ESRB’s Patricia Vance Talks About a Universal Ratings System

In a freshly-posted interview with Gamasutra, the ESRB's top executive talks about making the voluntary ratings system used by the North American video game industry a universal ratings system, among various topics including how to deal with getting consistent ratings on mobile and portable platforms such as Android and iOS devices and the challenges related to digitally distributed games.

The most important part of the interview in our estimation is about a universal ratings system and if it is even possible given that in some countries the government controls how games are rated. Here's what Vance had to say about synchronizing ESRB ratings with the system PEGI uses in Europe:

"Well, I think what conceptually we're working with is having one form where everybody agrees on the same set of questions, and that form creates a specific rating in each territory. So it wouldn't be the ESRB rating in Europe if you're downloading that app or that game from a European distributor storefront; you'd get the PEGI rating. In the U.S. storefront you get the ESRB rating, if you get it in Japan you get the CERO rating.

So we'd be working with all of these rating bodies to create a system where we all agree on the same set of questions, but it actually is programmed to take into account differences in cultural norms and standards, and to create marks that are recognizable in each of those territories. And a lot of them are government operated, too, so it's important to be able to work within a regulatory framework as well."

Also of interest is what the ESRB thinks of Apple and Google sticking with their own ratings systems for their mobile platforms. You may recall that last year the ESRB announced a partnership with the wireless trade association CTIA to create a ratings system for mobile apps on various platforms. Unfortunately the bulk of the apps sold are on Android and iOS devices. These systems remain under the control of their respective owners. When asked about the importance of Google and Apple getting on board with a universal ratings system, Vance said the following:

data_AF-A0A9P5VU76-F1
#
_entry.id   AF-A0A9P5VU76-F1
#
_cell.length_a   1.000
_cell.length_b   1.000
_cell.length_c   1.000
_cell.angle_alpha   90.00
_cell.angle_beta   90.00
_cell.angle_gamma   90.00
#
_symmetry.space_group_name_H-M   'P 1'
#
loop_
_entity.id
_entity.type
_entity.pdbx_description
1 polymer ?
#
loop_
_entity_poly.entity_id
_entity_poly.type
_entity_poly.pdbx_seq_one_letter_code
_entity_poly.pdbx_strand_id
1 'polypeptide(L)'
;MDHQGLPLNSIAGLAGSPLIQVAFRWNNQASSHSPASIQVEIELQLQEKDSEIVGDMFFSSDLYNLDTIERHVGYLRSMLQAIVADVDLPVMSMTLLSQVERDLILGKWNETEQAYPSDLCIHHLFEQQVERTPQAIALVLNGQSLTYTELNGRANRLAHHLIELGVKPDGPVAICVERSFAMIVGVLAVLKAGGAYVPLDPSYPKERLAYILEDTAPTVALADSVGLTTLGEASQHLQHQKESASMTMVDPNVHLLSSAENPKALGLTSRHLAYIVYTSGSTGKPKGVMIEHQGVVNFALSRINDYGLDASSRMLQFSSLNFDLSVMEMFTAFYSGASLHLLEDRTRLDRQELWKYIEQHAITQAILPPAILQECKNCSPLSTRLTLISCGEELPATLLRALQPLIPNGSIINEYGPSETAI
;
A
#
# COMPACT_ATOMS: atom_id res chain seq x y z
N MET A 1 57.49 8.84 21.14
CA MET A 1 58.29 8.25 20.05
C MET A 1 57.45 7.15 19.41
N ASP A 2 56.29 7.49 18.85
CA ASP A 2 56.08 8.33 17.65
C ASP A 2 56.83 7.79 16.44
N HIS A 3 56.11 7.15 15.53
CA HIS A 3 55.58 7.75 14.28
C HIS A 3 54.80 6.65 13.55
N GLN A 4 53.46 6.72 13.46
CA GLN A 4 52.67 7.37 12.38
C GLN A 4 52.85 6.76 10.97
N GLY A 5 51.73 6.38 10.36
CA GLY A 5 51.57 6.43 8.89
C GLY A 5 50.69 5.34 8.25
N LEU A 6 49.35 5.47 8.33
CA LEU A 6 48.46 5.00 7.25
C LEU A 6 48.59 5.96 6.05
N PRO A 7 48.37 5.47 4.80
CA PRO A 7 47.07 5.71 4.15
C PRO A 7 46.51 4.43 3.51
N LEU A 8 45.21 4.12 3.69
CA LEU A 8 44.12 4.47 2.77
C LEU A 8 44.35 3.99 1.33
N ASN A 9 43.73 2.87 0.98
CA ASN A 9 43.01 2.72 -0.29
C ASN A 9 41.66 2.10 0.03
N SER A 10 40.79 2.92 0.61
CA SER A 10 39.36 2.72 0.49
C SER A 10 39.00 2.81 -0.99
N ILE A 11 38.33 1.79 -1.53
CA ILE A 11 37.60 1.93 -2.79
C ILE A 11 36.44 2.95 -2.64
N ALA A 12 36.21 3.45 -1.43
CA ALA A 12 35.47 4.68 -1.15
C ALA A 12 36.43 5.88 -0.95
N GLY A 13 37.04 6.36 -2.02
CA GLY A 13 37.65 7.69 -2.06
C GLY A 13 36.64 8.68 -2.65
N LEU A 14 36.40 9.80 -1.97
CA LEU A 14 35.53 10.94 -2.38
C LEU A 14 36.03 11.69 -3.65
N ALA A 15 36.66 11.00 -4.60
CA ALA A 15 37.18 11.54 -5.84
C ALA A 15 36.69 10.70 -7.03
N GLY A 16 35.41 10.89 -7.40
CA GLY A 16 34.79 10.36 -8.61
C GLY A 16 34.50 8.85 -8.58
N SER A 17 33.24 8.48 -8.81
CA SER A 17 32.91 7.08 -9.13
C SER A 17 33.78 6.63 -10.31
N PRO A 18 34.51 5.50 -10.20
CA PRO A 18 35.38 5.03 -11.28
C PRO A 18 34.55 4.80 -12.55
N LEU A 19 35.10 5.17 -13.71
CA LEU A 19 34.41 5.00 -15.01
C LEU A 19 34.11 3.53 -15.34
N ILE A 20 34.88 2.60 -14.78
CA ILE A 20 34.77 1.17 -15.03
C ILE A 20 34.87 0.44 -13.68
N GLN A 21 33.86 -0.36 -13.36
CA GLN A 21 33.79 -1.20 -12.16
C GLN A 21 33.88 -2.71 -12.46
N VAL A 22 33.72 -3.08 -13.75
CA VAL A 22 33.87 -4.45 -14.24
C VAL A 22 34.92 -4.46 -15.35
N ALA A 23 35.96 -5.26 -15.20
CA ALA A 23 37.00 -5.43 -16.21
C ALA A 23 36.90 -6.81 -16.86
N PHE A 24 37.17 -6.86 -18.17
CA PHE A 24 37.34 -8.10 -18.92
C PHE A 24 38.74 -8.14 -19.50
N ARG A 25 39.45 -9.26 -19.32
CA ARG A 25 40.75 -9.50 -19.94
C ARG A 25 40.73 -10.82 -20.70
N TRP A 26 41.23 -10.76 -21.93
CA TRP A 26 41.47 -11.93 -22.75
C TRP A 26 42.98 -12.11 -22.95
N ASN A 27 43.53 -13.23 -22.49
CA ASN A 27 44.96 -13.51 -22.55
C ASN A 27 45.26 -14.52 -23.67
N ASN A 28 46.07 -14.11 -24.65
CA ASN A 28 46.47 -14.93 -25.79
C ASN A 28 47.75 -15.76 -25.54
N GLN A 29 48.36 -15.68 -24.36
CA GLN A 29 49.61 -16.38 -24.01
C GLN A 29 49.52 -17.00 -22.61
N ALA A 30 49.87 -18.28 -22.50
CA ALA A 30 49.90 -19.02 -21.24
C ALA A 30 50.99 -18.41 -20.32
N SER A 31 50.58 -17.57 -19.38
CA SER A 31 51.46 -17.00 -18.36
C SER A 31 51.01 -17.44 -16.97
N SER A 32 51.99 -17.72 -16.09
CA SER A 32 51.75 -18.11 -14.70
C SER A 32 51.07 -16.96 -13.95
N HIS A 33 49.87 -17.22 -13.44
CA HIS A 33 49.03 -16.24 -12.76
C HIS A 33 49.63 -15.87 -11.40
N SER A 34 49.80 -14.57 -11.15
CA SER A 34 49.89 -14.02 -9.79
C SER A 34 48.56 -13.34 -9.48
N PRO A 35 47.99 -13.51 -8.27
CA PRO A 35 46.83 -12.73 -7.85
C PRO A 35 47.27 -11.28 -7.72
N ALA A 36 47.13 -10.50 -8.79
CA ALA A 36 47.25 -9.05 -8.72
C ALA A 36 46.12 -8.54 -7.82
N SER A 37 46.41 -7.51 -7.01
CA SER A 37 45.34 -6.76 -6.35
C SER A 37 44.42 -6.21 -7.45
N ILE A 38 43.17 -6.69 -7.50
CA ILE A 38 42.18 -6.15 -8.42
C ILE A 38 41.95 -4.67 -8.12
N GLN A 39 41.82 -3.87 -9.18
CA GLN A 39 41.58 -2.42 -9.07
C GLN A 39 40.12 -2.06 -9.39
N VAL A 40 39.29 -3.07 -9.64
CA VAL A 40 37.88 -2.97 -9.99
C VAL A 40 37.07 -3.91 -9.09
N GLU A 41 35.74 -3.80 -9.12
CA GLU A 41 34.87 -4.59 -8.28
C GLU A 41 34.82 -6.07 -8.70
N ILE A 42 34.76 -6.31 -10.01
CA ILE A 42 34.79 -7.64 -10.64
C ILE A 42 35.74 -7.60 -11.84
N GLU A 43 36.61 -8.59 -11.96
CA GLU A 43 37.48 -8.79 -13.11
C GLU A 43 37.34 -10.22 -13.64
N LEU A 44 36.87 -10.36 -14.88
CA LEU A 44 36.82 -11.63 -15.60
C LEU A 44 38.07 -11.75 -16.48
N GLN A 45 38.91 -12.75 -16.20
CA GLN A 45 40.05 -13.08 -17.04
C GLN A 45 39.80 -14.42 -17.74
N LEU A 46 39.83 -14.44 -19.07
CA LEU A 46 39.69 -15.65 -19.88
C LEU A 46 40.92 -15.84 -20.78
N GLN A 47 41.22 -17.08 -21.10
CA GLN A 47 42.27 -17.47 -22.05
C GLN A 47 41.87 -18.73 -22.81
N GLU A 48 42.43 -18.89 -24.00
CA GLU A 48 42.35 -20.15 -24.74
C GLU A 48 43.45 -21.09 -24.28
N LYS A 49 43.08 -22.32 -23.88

"I think it's important, but I think we need to develop global solutions that are appropriate for those types of storefronts, so that's why this is an important issue for us."

You can read the interview here. Gamers should care about what the ESRB is doing because the only other option – a government controlled ratings board – would be untenable for most developers and publishers – and a lot more restrictive when it comes to content that is controversial like violence and sex…

Editor’s Note: The ESRB is owned and operated by the Entertainment Software Association (ESA).

Source: Gamasutra

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  1. 0
    ddrfr33k says:

    Madworld and L.A. Noire were CERO Z in Japan, which is equivalent to an AO rating in the US.  Would that mean game retailers would start carrying AO games in the US?  How well will that go over?

  2. 0
    DorthLous says:

    Anything moving closer to a universal rating also makes me increasingly worried that governments will want to use those same ratings to govern who can play. Leave all media alone, and I do include movie, books, comics, games and even porn into that. Just, you know, let the parents do the job. And if you think some parents can't do a good job, I'll still believe the average parent will do a better job than a governing body over time…

  3. 0
    Andrew Eisen says:

    The ESRB does pretty much the same thing on the back of the box with its content descriptors.  Instead of Violence Level 1 or Violence Level 2, it uses the more descriptive Cartoon Violence, Fantasy Violence, Intense Violence, Sexual Violence, Violence, and Violent References.

    And the age on the front is merely a recommendation to be used as a guideline.  Nothing more.


    Andrew Eisen

  4. 0
    Jrquinlisk says:

    Let me see if I've got this straight.  We're going to rate these games on various factors — violence, sex, drug use… — and then compile these ratings so that each national system can apply a culturally appropriate rating.  Is that right?

    And if so, why not just give the raw ratings?  "This game got a 'PG-13' on sex, a 'PG' on violence, an 'R' on language…"  That's what I miss about the RSAC rating system that never really took off.  They told you what you were going to see, instead of unilaterally declaring, "15-year-olds should not play this game!"  That's not really up to them to decide.

  5. 0
    Papa Midnight says:

    I personally like and appreciate games on Google Play (Android Market) and iOS market flying without ratings from the ESRB. I also feel they should be separate. The less market penetration the ESRB has beyond the primary console manufacturers and PC, the better in my opinion.

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